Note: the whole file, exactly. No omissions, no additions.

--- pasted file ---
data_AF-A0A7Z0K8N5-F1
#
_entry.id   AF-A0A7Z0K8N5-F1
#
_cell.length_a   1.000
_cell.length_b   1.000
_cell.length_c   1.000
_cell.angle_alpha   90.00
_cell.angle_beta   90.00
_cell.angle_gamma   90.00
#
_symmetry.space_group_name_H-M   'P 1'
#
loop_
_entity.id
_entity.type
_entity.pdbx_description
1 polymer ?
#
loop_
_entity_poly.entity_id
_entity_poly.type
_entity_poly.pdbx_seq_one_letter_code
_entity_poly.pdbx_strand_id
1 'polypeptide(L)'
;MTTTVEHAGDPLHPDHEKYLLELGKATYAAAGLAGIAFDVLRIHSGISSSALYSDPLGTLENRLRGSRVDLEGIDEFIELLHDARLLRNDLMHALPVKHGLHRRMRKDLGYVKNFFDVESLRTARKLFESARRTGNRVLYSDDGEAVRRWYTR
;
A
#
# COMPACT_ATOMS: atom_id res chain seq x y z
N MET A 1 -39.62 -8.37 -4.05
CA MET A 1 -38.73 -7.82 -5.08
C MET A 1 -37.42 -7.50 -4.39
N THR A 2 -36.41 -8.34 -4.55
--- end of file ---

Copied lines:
data_AF-A0A7Z0K8N5-F1
#
_entry.id   AF-A0A7Z0K8N5-F1
#
_cell.length_a   1.000
_cell.length_b   1.000
_cell.length_c   1.000
_cell.angle_alpha   90.00
_cell.angle_beta   90.00
_cell.angle_gamma   90.00
#
_symmetry.space_group_name_H-M   'P 1'
#
loop_
_entity.id
_entity.type
_entity.pdbx_description
1 polymer ?
#
loop_
_entity_poly.entity_id
_entity_poly.type
_entity_poly.pdbx_seq_one_letter_code
_entity_poly.pdbx_strand_id
1 'polypeptide(L)'
;MTTTVEHAGDPLHPDHEKYLLELGKATYAAAGLAGIAFDVLRIHSGISSSALYSDPLGTLENRLRGSRVDLEGIDEFIELLHDARLLRNDLMHALPVKHGLHRRMRKDLGYVKNFFDVESLRTARKLFESARRTGNRVLYSDDGEAVRRWYTR
;
A
#
# COMPACT_ATOMS: atom_id res chain seq x y z
N MET A 1 -39.62 -8.37 -4.05
CA MET A 1 -38.73 -7.82 -5.08
C MET A 1 -37.42 -7.50 -4.39
N THR A 2 -36.41 -8.34 -4.55